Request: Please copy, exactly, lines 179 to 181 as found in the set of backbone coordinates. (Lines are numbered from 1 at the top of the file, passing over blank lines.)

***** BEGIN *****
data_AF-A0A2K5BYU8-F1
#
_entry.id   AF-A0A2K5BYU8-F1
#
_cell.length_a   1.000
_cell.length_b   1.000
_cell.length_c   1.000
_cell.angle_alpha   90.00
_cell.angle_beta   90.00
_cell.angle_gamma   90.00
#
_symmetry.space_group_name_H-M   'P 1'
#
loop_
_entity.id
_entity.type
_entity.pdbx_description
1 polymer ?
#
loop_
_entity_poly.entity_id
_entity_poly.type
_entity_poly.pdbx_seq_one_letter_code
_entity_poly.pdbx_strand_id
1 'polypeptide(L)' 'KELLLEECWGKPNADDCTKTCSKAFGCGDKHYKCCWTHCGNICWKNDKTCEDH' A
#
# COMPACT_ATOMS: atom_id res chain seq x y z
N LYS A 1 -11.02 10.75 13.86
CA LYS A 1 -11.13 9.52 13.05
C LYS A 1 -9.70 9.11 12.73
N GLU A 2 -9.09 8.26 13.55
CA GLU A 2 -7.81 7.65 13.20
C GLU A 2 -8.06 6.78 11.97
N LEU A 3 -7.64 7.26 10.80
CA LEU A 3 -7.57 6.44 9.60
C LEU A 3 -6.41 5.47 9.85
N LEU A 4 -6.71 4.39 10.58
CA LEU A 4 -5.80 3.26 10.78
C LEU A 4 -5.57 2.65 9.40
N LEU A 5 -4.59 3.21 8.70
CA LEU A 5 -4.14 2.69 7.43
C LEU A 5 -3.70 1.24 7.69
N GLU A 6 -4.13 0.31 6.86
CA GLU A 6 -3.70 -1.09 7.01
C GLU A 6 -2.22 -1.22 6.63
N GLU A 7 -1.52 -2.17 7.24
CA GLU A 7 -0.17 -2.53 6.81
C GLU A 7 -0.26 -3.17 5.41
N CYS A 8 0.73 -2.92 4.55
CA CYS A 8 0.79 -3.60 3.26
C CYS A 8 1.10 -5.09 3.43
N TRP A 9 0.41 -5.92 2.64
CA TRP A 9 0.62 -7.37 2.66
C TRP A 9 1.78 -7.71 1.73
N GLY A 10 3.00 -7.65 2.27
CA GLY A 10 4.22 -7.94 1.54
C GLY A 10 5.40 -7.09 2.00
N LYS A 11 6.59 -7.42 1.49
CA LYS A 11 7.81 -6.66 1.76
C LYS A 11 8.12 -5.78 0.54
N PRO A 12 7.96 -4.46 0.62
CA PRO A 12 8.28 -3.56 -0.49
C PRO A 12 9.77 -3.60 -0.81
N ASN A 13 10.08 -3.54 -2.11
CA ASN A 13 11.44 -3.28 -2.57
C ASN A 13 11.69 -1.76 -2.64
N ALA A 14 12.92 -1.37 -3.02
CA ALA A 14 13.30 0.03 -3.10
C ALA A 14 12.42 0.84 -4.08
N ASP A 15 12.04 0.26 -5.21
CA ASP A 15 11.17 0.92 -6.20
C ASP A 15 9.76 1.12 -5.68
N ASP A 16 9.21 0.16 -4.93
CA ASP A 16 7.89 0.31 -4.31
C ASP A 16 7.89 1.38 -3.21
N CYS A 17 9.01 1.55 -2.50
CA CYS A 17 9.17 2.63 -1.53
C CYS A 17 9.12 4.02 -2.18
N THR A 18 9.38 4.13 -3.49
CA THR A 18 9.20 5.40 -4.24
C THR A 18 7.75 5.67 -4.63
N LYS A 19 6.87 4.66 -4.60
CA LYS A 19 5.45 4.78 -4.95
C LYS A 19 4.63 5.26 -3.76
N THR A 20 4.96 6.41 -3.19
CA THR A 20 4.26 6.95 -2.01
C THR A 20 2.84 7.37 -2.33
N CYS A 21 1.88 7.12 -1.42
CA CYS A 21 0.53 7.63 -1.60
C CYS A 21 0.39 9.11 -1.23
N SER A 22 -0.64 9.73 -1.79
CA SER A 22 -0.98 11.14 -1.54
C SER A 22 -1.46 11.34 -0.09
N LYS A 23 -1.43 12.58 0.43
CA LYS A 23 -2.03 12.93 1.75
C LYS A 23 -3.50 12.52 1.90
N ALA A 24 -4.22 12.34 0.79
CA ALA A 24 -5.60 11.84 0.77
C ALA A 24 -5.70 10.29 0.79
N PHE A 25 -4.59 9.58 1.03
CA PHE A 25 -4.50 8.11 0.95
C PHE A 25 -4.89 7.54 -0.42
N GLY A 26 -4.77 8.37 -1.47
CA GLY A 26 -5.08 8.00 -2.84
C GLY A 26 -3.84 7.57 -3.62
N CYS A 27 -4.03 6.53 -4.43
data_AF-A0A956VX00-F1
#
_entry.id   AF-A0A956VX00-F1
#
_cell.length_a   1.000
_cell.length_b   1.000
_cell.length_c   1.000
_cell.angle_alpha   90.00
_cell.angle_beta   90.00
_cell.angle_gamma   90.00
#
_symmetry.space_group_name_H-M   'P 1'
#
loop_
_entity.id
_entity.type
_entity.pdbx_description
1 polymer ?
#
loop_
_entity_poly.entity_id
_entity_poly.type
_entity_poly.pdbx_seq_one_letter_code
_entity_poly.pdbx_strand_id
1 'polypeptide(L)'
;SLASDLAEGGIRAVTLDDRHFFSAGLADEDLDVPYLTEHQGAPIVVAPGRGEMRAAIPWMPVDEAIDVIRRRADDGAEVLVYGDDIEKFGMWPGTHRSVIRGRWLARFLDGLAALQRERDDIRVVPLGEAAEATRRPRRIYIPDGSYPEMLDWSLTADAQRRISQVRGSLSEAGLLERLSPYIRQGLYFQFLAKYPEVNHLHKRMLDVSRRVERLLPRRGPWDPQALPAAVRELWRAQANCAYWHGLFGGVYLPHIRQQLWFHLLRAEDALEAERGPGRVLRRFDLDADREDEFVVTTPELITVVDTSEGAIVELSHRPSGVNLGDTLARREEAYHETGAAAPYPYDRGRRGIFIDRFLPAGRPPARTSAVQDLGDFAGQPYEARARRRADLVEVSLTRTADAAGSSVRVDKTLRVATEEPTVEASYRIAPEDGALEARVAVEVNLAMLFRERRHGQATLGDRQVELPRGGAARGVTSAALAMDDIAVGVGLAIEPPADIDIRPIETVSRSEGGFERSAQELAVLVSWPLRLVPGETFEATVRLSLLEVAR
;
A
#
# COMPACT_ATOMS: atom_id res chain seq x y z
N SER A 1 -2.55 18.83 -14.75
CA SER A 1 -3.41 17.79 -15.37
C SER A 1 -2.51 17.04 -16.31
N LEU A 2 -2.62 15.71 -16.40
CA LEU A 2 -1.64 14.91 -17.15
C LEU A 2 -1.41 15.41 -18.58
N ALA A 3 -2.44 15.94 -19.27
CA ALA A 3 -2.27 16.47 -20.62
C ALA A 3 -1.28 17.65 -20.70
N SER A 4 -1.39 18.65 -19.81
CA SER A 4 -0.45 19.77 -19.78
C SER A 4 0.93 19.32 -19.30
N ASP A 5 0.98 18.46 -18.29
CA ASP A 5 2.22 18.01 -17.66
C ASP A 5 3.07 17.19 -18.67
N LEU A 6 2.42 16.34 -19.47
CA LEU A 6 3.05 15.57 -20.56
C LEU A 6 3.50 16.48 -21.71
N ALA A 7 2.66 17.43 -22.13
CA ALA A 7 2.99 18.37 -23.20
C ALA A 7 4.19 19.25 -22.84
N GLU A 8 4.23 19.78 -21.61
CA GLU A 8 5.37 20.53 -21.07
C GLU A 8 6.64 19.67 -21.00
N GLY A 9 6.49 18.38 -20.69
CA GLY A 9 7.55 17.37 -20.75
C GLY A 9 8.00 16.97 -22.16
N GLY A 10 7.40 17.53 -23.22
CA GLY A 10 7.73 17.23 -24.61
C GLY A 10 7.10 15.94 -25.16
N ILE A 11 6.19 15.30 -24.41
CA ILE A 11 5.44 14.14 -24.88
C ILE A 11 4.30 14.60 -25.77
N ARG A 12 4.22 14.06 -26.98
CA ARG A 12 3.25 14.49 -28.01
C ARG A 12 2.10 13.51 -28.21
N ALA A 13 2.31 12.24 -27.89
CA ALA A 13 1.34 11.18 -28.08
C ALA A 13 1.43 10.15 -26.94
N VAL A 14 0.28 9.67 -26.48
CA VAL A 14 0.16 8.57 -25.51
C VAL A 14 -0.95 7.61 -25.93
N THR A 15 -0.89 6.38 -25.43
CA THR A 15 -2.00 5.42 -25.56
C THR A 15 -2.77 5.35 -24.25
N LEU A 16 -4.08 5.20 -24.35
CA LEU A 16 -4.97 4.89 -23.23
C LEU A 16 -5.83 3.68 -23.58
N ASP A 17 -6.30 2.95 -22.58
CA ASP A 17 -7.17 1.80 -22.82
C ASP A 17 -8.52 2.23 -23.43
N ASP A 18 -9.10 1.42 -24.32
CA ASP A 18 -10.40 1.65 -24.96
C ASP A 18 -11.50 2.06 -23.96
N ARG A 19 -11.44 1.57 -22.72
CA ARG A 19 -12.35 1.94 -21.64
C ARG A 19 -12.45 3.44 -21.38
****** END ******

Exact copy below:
N THR A 15 -0.89 6.38 -25.43
CA THR A 15 -2.00 5.42 -25.56
C THR A 15 -2.77 5.35 -24.25